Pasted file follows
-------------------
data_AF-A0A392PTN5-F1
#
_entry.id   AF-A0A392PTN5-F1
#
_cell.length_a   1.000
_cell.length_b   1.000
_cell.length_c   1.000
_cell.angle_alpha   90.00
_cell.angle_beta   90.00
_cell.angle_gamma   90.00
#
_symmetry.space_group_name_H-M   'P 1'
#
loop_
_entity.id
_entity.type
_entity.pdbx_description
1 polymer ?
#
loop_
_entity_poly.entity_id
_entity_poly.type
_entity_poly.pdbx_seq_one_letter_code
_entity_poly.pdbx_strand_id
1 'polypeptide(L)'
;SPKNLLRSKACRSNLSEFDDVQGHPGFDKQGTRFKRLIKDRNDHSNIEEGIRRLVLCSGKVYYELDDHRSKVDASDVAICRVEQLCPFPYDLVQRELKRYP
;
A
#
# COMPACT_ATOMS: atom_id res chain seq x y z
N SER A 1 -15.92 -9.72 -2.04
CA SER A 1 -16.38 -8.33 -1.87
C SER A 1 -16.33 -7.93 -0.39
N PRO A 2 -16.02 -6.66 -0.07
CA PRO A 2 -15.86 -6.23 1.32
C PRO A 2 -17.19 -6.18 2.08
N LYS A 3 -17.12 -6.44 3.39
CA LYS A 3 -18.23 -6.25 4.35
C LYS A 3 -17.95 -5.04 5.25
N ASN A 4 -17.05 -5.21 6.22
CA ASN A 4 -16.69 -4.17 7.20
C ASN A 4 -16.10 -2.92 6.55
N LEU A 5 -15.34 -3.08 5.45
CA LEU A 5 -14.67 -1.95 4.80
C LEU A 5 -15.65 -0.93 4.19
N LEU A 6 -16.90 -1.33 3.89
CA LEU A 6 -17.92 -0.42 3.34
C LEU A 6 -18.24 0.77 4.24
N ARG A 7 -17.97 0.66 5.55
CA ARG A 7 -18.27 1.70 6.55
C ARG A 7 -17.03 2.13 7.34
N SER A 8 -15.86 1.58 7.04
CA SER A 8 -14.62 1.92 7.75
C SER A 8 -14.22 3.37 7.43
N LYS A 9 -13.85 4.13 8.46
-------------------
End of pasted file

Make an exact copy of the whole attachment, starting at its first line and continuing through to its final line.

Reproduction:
data_AF-A0A392PTN5-F1
#
_entry.id   AF-A0A392PTN5-F1
#
_cell.length_a   1.000
_cell.length_b   1.000
_cell.length_c   1.000
_cell.angle_alpha   90.00
_cell.angle_beta   90.00
_cell.angle_gamma   90.00
#
_symmetry.space_group_name_H-M   'P 1'
#
loop_
_entity.id
_entity.type
_entity.pdbx_description
1 polymer ?
#
loop_
_entity_poly.entity_id
_entity_poly.type
_entity_poly.pdbx_seq_one_letter_code
_entity_poly.pdbx_strand_id
1 'polypeptide(L)'
;SPKNLLRSKACRSNLSEFDDVQGHPGFDKQGTRFKRLIKDRNDHSNIEEGIRRLVLCSGKVYYELDDHRSKVDASDVAICRVEQLCPFPYDLVQRELKRYP
;
A
#
# COMPACT_ATOMS: atom_id res chain seq x y z
N SER A 1 -15.92 -9.72 -2.04
CA SER A 1 -16.38 -8.33 -1.87
C SER A 1 -16.33 -7.93 -0.39
N PRO A 2 -16.02 -6.66 -0.07
CA PRO A 2 -15.86 -6.23 1.32
C PRO A 2 -17.19 -6.18 2.08
N LYS A 3 -17.12 -6.44 3.39
CA LYS A 3 -18.23 -6.25 4.35
C LYS A 3 -17.95 -5.04 5.25
N ASN A 4 -17.05 -5.21 6.22
CA ASN A 4 -16.69 -4.17 7.20
C ASN A 4 -16.10 -2.92 6.55
N LEU A 5 -15.34 -3.08 5.45
CA LEU A 5 -14.67 -1.95 4.80
C LEU A 5 -15.65 -0.93 4.19
N LEU A 6 -16.90 -1.33 3.89
CA LEU A 6 -17.92 -0.42 3.34
C LEU A 6 -18.24 0.77 4.24
N ARG A 7 -17.97 0.66 5.55
CA ARG A 7 -18.27 1.70 6.55
C ARG A 7 -17.03 2.13 7.34
N SER A 8 -15.86 1.58 7.04
CA SER A 8 -14.62 1.92 7.75
C SER A 8 -14.22 3.37 7.43
N LYS A 9 -13.85 4.13 8.46